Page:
EDINBURG — Santana Textiles continues to struggle to make payments on a $15 million loan it received from the Edinburg Economic Development Corporation, executive director Joey Treviño said.

The textile company has paid off about $1.36 million of a combined $15 million it borrowed from the corporation beginning in 2010. Santana, one of two denim manufacturers in the United States, still owes about $13.64 million.

The economic incentives the company received from EEDC have left taxpayers vulnerable and at risk for the entire amount of the loan, while the company has little to no skin in the game, EDC board members have previously said.

Santana Textiles, which began doing business as Denimburg in 2016, is responsible for monthly payments to the corporation totaling just over $75,000.

“Every month this last year payments have been late,” Trevino said in an email last week.

Denimburg paid EEDC a little more than $110,500 July 13, but that payment did not cover the July monthly payment, which was due July 21, and this month’s payment is due in less than a week.

The company has not responded to calls and invoices from the city, Treviño said.

A 2012 audit of the company revealed Santana used a significant portion of the funds it borrowed from EEDC to purchase a small aircraft.

Santana disclosed it used $2 million to finance the purchase of a Cessna airplane, according to financial statements the company provided to the corporation in 2012 as part of the loan agreement, Treviño said.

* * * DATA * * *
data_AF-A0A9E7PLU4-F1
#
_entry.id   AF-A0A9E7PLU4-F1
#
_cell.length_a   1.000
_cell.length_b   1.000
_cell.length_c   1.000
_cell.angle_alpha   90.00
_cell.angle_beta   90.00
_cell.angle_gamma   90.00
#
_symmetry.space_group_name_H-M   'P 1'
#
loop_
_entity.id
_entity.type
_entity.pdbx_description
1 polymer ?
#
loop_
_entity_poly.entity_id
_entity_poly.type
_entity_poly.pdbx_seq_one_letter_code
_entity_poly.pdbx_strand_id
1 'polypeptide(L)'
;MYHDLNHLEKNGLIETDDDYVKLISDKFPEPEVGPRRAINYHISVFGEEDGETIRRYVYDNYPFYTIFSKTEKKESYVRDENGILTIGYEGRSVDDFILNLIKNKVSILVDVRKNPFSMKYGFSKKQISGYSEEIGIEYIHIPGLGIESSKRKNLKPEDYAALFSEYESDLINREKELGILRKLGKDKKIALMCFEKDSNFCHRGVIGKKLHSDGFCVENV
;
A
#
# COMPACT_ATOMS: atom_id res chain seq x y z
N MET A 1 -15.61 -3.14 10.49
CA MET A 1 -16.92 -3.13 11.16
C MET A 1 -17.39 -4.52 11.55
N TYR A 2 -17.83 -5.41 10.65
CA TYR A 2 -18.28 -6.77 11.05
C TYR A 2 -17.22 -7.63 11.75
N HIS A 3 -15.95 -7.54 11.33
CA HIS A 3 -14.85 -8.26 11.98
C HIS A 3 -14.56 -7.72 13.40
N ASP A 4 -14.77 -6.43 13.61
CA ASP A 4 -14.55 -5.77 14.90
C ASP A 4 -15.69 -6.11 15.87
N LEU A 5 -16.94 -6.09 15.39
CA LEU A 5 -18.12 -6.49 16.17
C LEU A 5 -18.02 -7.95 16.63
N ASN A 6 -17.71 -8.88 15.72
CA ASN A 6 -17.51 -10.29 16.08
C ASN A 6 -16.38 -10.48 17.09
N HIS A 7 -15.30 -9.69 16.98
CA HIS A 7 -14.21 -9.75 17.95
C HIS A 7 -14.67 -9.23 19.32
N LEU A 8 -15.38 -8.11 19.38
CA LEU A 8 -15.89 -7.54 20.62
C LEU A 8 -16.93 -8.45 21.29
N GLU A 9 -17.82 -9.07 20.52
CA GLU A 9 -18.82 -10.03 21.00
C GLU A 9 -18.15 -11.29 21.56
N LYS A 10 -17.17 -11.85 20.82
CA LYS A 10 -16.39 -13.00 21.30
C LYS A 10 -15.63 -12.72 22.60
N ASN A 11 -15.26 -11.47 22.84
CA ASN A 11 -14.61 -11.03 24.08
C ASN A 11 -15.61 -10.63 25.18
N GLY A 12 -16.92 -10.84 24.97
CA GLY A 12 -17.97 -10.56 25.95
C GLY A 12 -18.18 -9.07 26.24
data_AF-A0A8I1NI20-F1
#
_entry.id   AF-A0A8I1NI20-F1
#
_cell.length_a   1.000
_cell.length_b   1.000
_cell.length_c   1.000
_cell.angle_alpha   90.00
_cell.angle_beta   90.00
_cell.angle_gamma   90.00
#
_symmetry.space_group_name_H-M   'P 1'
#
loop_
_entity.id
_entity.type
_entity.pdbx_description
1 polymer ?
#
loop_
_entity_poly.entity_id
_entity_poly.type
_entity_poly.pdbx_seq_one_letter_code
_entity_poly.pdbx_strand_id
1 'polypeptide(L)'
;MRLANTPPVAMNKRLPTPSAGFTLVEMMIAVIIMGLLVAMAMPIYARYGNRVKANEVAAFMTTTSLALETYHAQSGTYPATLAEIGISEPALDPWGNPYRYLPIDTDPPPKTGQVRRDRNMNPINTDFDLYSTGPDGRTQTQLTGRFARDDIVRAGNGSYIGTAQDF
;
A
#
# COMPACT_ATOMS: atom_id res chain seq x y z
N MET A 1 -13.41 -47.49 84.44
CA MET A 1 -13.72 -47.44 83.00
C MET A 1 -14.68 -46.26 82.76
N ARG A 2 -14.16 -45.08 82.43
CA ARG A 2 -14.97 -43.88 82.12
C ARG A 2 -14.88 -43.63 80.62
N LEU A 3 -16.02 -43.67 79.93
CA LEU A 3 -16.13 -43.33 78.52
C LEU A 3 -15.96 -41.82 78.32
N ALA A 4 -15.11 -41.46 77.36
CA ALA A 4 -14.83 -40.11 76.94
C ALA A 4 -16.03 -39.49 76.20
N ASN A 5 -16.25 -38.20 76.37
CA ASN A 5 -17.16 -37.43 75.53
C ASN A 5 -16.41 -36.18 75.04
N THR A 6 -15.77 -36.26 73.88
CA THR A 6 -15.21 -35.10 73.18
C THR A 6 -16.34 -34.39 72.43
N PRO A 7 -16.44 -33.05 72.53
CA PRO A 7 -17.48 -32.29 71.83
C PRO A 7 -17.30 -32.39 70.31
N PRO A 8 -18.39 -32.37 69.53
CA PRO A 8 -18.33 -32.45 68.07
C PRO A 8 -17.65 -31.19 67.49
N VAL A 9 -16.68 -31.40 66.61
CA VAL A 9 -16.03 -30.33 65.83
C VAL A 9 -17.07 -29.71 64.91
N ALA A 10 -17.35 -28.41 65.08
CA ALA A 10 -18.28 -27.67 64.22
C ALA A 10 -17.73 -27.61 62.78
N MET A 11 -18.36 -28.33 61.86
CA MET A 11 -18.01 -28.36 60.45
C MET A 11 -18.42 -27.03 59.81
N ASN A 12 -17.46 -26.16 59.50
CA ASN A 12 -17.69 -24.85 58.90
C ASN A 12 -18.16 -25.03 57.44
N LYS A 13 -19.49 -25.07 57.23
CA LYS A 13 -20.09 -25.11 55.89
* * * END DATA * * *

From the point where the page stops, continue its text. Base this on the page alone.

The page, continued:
The executive director also noted that the land the corporation gifted the company has seen a minimal increase in value.

In 2008, when the development corporation gave the company more than 33 acres of land in the city’ North Industrial Park, the Hidalgo County Appraisal District valued each acre at about $33,000 for a total property value of about $1.1 million. Today, each acre is appraised at about $59,000 for a combined value of about $1.98 million.

However, the land would not have generated any property tax revenue under the ownership of EEDC because economic development corporations are exempt from paying property taxes on land they own. Former EDC Executive Director Gus Garcia, who executed some of the extensions and modifications for Santana, championed the state law that allows for the exemption.

The company has negotiated six extensions and loan modifications since it first borrowed money from the taxpayer entity.

During the 2015-16 fiscal year, Santana refinanced and “subjugates” the EDC’s first lean, turning it into a second lien, Trevino said.

“Even after refinancing, Santana comes to (the) EDC (for) one more extension,” the executive director wrote.

In November 2017, right before the city election gave way to a new administration, the previous EDC board granted Santana yet another modification and loan extension, Trevino said.

In May, the company once again asked the corporation for another extension, but this time the new board — comprised of almost all city council members, except for Homer Jasso Jr. — denied the request.